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Francisco Cantú

Francisco Cantú is a writer, translator, and the author of The Line Becomes a River (Riverhead, 2018). A former Fulbright fellow, he has been the recipient of a Pushcart Prize, a Whiting Award, and an Art for Justice fellowship. His writing and translations appear in the New Yorker, Best American Essays 2016, and Harper’s, as well as on This American Life. A lifelong resident of the Southwest, he now lives in Tucson, Arizona.

Author

Illustration by Abigail Piña Rocha Carlisle

Murmurs on the Plain

Summer 2020 | Essays

Rulfo’s literary reputation rests on just two slim books—the short story collection El Llano en llamas (The Plain in Flames), first published in 1953, and the novel Pedro Páramo, released two years later. Pedro Páramo would arguably go on to become the defining novel of Mexico’s twentieth century, inspiring the writers of Latin America’s “Boom” generation and helping to usher in a new age of literature across the continent.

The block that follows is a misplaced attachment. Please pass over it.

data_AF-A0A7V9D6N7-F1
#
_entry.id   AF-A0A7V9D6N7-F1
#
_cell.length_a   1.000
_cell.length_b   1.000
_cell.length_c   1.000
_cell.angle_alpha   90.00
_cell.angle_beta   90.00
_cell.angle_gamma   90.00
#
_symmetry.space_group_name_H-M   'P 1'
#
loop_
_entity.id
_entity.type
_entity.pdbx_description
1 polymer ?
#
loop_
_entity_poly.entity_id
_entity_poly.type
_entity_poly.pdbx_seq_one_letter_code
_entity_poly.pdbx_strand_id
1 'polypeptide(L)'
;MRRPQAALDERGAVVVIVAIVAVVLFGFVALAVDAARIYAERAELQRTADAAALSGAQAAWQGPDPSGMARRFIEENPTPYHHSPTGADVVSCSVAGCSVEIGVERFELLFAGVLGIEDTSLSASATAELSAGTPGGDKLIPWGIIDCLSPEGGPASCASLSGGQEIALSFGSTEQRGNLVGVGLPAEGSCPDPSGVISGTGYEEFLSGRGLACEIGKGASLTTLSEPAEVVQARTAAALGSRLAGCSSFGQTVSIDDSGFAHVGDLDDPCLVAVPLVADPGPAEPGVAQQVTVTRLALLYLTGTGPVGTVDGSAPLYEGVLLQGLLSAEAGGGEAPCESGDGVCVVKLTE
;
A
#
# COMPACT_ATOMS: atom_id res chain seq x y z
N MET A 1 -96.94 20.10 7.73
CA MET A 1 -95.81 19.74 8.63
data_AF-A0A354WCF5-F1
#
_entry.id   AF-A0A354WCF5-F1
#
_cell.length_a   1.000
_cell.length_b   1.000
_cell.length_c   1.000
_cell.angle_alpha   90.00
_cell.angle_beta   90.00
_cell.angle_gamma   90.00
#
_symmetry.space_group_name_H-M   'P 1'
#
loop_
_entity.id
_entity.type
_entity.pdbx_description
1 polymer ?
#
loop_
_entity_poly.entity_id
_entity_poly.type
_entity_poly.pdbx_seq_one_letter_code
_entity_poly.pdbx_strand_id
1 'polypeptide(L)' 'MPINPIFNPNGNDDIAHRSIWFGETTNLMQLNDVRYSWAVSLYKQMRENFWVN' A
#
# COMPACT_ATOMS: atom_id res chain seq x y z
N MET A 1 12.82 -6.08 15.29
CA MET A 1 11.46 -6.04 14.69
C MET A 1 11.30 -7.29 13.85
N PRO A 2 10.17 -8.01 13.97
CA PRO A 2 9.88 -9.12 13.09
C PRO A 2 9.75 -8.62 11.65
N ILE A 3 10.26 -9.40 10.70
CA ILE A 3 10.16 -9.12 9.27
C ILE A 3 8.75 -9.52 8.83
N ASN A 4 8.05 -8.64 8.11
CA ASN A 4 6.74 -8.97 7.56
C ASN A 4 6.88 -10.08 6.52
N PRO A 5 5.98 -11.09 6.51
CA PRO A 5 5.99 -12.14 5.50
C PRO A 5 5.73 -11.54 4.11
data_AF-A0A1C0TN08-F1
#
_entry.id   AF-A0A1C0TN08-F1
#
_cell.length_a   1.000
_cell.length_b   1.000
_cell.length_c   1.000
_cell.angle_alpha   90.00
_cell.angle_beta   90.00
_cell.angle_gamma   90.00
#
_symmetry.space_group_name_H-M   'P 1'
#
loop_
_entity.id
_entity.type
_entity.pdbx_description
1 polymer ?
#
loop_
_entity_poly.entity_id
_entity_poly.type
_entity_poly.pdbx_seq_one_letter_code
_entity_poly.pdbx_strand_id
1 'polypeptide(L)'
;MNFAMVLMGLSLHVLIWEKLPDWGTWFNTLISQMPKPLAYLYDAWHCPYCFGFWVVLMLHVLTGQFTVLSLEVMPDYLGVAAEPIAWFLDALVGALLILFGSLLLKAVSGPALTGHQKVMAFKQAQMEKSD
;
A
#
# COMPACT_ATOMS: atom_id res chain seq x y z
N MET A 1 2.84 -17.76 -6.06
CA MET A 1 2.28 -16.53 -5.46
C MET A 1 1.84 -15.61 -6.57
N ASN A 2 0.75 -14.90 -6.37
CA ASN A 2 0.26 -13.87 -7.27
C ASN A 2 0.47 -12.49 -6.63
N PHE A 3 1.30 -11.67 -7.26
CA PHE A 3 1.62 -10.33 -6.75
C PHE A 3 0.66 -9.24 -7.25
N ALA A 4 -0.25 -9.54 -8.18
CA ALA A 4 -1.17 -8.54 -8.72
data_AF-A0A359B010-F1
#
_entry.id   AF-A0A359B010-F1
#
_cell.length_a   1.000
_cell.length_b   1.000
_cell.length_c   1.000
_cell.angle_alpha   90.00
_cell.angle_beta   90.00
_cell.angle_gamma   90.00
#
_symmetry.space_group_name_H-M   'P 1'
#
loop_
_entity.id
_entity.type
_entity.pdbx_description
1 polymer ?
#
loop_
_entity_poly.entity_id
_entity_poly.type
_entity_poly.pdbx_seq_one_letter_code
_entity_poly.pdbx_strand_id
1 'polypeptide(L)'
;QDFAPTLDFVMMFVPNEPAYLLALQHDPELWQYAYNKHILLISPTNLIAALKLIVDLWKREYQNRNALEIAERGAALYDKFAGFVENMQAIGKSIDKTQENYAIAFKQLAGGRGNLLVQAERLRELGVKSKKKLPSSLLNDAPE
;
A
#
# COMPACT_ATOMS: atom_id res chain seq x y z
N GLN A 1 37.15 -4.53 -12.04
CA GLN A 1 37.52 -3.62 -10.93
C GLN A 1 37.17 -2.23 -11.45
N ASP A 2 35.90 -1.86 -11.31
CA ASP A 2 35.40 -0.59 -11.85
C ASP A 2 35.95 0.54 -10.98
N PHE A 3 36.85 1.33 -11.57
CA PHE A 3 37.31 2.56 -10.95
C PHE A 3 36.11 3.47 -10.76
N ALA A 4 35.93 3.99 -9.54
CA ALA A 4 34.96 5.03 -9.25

Lisa Golightly, <em>Flood Line 333</em>, 2015.

Lines of  Sight

Spring 2020 | Essays

The town of Dunwich, once a thriving medieval port on England’s Suffolk Coast, has for centuries been crumbling into the sea. All that now remains of the old structures is a small collection of hilltop ruins, flanked by a nineteenth-century church and a handful of newer homes built far from the water’s edge. Served by a single pub and a few guesthouses, the local economy has long catered principally to visitors, many of whom are part of a long line of artists and poets who have been drawn here since the Victorian age to contemplate the town’s picturesque decay.